Amazon Delivery Taking to the Skies

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By Bob Hammell

Is two-day shipping too slow for you? Not concerned with robots swooping down into your yard with a package? Well if that’s the case then you should get excited about Amazon CEO Jeff Bezos’ announcement on CBS’s 60 Minutes last week.

In it he let the world know about a project that has been under wraps at Amazon for the last few yeards, and one that has potential to change online retail dramatically: Using unmanned drones to carry orders from distribution centers right to the customer’s doorstep in just 30 minutes.

As Amazon now exists they have dozens of distribution centers dotting throughout the United States. These highly automated facilities are amazingly quick to collect ordered items, box them up, print shipping labels, and send them out the door. However the next step isn’t quite as optimized.

Delivery right now is still reliant on the slow moving trucks of UPS and FedEx for the final step in the actual delivery. The solution in the past has been to increase the number of distribution centers, putting them closer to major markets and therefore decreasing travel time for the trucks.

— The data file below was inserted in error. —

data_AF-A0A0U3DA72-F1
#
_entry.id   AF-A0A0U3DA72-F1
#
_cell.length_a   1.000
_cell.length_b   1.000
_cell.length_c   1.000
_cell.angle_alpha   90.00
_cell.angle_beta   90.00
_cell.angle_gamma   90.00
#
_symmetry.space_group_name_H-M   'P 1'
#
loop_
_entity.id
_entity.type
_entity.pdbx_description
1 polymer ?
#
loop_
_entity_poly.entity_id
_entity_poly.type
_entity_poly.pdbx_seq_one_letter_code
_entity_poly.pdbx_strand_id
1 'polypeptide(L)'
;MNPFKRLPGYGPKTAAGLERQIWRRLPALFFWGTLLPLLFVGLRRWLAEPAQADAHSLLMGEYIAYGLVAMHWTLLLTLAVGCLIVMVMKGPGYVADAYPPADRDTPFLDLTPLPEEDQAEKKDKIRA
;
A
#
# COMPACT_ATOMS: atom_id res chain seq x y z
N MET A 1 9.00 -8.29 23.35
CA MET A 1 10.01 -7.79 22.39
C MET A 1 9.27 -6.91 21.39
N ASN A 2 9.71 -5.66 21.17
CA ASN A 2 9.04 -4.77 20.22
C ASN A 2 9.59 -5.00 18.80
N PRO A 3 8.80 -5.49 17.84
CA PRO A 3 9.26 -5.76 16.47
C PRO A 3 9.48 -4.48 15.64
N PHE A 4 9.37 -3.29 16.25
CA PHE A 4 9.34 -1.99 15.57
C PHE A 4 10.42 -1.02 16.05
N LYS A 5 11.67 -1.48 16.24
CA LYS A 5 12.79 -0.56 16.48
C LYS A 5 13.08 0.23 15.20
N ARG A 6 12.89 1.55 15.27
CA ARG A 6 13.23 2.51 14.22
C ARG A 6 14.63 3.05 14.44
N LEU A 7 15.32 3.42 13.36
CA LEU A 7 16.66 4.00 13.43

This method is limited by how close distribution centers can get and how long they take to build. In the mean time it looks like Amazon has been tinkering with ideas on how to cut out these trucks all together.

According to Bezos, with this new delivery method once items are packaged up they will be gripped up by the underbelly of an awaiting octocotper stationed at the distribution center. The octocopter uses eight evenly spaced electric motors with blades to give it thrust and altitude. It flies autonomously without a remote pilot, using a suite of onboard sensors. Accelerometers and gyroscopes keep it balanced while a GPS sensor lets it know where it is in the sky.

In a perfect scenario the drone would fly to a set of coordinates denoting the customer’s location, land and drop the package, and return to the distribution center for another route.

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There is a handful of potential hang-ups here though. Drones have limited battery capacity making their payload size and range quite constrained. Bezos explained that the maximum package size would be 5 lbs or less and delivery point would need to be within 10 miles of a distribution center.

There is also the safety concern that arises when dealing with unmanned systems. Drones will need to be outfitted with some sort of collision detection to prevent them from running into eachother in air, or landing on an unsuspecting person.

The FAA currently has a ban on commercial drones and there is most likely going to be a strong regulation on them when that is lifted in the next few years.

It will be really interesting to follow this story to see if this is more than an Amazon PR stunt and really the first steps into a new age of consumerism.

So what does this mean for the amateur pilots out there? I see it as definite good news. With a huge company like Amazon putting their weight behind the initiative to make the sky more open it stands to benefit us greatly.


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